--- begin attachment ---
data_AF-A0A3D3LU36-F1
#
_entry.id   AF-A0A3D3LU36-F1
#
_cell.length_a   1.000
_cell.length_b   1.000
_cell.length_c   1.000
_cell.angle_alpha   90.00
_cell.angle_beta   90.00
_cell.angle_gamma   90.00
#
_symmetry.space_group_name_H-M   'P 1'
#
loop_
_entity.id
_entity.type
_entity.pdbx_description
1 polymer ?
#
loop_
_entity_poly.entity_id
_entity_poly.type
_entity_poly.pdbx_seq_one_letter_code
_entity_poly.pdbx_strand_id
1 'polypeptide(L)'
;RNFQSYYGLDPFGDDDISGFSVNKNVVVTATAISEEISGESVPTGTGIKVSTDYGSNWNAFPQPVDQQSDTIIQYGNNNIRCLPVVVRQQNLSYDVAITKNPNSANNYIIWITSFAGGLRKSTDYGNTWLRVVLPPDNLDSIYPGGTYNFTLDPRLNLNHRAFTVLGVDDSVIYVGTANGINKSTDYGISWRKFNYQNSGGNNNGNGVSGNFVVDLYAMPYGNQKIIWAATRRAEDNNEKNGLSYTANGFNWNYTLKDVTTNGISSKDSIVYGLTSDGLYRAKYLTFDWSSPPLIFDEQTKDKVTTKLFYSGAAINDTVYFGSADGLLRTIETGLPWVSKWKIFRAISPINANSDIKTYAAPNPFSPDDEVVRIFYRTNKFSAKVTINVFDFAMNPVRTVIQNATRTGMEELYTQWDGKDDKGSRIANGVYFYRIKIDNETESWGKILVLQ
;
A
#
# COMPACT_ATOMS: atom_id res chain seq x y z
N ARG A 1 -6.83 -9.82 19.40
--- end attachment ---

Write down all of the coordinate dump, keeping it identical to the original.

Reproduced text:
data_AF-A0A3D3LU36-F1
#
_entry.id   AF-A0A3D3LU36-F1
#
_cell.length_a   1.000
_cell.length_b   1.000
_cell.length_c   1.000
_cell.angle_alpha   90.00
_cell.angle_beta   90.00
_cell.angle_gamma   90.00
#
_symmetry.space_group_name_H-M   'P 1'
#
loop_
_entity.id
_entity.type
_entity.pdbx_description
1 polymer ?
#
loop_
_entity_poly.entity_id
_entity_poly.type
_entity_poly.pdbx_seq_one_letter_code
_entity_poly.pdbx_strand_id
1 'polypeptide(L)'
;RNFQSYYGLDPFGDDDISGFSVNKNVVVTATAISEEISGESVPTGTGIKVSTDYGSNWNAFPQPVDQQSDTIIQYGNNNIRCLPVVVRQQNLSYDVAITKNPNSANNYIIWITSFAGGLRKSTDYGNTWLRVVLPPDNLDSIYPGGTYNFTLDPRLNLNHRAFTVLGVDDSVIYVGTANGINKSTDYGISWRKFNYQNSGGNNNGNGVSGNFVVDLYAMPYGNQKIIWAATRRAEDNNEKNGLSYTANGFNWNYTLKDVTTNGISSKDSIVYGLTSDGLYRAKYLTFDWSSPPLIFDEQTKDKVTTKLFYSGAAINDTVYFGSADGLLRTIETGLPWVSKWKIFRAISPINANSDIKTYAAPNPFSPDDEVVRIFYRTNKFSAKVTINVFDFAMNPVRTVIQNATRTGMEELYTQWDGKDDKGSRIANGVYFYRIKIDNETESWGKILVLQ
;
A
#
# COMPACT_ATOMS: atom_id res chain seq x y z
N ARG A 1 -6.83 -9.82 19.40